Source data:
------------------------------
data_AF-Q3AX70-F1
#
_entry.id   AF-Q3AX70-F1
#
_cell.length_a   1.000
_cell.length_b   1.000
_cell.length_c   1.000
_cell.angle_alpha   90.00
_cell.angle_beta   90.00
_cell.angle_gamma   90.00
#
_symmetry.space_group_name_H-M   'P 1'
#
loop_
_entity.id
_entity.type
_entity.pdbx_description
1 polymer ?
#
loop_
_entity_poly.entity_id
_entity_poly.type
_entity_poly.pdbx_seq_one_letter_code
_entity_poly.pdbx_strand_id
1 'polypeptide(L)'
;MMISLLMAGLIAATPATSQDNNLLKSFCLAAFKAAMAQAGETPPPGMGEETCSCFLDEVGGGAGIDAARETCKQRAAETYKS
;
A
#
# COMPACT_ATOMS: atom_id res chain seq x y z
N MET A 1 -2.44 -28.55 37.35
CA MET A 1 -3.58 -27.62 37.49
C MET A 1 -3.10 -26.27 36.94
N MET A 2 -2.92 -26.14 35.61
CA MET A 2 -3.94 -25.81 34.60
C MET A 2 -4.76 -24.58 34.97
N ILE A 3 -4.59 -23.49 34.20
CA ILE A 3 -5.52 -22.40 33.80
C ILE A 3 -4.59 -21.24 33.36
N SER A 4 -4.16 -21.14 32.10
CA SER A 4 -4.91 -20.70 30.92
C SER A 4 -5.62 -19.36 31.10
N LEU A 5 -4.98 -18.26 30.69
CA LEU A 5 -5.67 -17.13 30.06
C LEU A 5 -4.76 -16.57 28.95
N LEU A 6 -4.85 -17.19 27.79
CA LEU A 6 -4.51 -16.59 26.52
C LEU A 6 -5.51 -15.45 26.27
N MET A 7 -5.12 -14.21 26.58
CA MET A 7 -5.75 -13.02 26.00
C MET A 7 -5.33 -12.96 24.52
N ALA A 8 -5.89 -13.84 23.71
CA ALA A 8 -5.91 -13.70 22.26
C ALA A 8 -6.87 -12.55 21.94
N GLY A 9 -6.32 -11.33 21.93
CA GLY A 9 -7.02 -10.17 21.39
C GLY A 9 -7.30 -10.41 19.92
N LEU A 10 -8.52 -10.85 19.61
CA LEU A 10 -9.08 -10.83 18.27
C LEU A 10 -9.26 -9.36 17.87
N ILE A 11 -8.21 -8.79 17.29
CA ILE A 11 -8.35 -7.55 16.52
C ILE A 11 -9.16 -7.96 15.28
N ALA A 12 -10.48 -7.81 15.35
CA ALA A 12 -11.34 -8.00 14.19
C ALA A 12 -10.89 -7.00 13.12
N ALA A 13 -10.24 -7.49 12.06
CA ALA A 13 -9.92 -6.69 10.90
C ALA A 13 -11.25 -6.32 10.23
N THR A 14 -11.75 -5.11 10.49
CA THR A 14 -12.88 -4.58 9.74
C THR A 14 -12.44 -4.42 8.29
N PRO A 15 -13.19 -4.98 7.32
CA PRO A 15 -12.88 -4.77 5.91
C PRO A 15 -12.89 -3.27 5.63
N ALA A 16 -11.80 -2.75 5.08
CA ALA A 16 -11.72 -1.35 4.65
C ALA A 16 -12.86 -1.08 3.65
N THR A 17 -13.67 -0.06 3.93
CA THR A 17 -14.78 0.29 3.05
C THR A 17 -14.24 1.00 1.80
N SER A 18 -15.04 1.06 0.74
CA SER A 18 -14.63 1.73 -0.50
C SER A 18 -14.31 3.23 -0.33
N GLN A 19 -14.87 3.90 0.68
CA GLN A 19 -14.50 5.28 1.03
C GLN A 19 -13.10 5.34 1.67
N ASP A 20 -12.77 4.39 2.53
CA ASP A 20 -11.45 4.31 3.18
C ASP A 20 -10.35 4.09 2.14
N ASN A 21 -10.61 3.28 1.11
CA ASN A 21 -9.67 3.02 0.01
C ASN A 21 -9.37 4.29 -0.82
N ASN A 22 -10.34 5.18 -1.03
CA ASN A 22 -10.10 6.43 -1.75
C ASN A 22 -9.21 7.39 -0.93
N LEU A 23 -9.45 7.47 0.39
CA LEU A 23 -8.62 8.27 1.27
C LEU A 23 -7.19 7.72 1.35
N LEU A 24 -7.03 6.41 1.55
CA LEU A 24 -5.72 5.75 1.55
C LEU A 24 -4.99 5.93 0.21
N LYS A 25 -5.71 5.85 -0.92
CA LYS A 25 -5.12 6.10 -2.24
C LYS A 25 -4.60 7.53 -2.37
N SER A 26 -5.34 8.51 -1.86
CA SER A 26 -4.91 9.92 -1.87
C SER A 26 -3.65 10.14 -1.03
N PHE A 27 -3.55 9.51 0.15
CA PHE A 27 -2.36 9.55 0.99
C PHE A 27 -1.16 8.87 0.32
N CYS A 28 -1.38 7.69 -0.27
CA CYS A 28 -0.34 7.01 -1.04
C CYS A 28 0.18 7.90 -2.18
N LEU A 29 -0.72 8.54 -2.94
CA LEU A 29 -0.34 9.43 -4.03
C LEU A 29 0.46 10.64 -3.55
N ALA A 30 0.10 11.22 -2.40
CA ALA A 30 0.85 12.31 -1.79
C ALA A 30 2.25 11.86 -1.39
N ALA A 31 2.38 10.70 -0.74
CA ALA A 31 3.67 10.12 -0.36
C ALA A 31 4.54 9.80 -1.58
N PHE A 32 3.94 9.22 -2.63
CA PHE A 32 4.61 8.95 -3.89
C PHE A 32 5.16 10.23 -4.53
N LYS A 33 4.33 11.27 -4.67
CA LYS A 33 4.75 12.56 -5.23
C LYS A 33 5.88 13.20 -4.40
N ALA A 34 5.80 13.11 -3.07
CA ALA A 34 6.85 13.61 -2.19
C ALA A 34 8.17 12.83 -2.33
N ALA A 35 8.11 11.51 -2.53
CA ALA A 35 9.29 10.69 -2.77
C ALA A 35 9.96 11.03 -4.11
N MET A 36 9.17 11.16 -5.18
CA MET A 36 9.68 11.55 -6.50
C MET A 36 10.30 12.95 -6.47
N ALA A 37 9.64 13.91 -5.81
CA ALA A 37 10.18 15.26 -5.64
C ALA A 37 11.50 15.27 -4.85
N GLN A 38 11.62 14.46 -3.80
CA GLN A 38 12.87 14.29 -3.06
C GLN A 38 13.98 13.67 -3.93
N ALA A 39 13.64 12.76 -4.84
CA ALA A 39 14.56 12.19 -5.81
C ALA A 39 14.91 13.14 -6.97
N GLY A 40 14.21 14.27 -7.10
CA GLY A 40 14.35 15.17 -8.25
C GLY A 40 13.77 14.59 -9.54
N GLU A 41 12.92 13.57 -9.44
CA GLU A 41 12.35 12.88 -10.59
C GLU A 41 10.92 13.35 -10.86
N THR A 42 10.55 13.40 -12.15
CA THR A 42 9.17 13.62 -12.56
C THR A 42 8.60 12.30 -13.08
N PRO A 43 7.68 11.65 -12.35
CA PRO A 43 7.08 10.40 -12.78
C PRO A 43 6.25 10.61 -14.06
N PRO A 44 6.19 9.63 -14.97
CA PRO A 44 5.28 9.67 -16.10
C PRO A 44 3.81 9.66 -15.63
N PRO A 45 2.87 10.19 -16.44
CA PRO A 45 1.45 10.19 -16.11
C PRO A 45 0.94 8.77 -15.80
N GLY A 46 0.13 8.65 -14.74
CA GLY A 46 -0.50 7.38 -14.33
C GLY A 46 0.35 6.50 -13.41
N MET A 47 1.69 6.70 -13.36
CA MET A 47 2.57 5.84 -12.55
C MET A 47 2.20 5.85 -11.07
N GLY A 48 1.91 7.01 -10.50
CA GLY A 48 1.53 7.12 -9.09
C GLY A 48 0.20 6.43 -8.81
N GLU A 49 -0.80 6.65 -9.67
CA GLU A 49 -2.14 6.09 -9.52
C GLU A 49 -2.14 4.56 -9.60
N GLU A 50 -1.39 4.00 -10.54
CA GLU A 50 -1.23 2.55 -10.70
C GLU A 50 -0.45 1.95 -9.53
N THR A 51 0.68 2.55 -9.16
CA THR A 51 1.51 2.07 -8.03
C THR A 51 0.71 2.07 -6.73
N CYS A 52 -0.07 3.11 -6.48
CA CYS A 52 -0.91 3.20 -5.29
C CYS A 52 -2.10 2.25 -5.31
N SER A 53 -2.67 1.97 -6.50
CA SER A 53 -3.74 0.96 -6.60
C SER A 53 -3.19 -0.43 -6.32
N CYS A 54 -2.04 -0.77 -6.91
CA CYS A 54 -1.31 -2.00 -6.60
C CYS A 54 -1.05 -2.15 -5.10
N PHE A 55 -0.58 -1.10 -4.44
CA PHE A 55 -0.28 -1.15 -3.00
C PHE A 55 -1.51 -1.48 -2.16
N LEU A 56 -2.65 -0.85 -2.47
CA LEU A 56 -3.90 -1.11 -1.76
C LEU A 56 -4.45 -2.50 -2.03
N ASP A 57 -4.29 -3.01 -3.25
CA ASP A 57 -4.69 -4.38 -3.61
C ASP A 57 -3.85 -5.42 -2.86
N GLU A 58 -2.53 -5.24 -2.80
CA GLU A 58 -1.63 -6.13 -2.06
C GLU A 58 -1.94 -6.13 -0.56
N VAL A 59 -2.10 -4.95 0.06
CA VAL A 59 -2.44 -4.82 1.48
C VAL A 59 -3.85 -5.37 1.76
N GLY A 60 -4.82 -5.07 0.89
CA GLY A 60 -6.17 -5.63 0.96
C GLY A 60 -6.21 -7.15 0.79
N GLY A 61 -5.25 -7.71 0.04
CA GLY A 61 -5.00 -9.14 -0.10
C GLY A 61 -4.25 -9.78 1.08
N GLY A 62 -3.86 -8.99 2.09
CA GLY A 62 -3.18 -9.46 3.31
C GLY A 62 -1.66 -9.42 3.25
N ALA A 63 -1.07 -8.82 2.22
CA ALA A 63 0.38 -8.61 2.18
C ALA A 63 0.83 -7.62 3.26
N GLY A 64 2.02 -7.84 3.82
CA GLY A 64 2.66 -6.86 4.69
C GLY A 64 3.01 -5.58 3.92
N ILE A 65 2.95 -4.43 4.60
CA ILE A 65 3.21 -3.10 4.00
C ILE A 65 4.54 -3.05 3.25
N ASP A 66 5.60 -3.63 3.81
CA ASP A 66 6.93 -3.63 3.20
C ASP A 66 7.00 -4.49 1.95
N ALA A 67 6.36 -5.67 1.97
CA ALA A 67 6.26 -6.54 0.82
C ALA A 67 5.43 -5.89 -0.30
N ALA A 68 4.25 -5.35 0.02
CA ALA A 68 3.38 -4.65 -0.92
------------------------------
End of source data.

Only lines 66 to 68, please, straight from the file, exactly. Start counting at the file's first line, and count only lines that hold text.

C ALA A 12 -10.89 -7.00 13.12
N ALA A 13 -10.24 -7.49 12.06
CA ALA A 13 -9.92 -6.69 10.90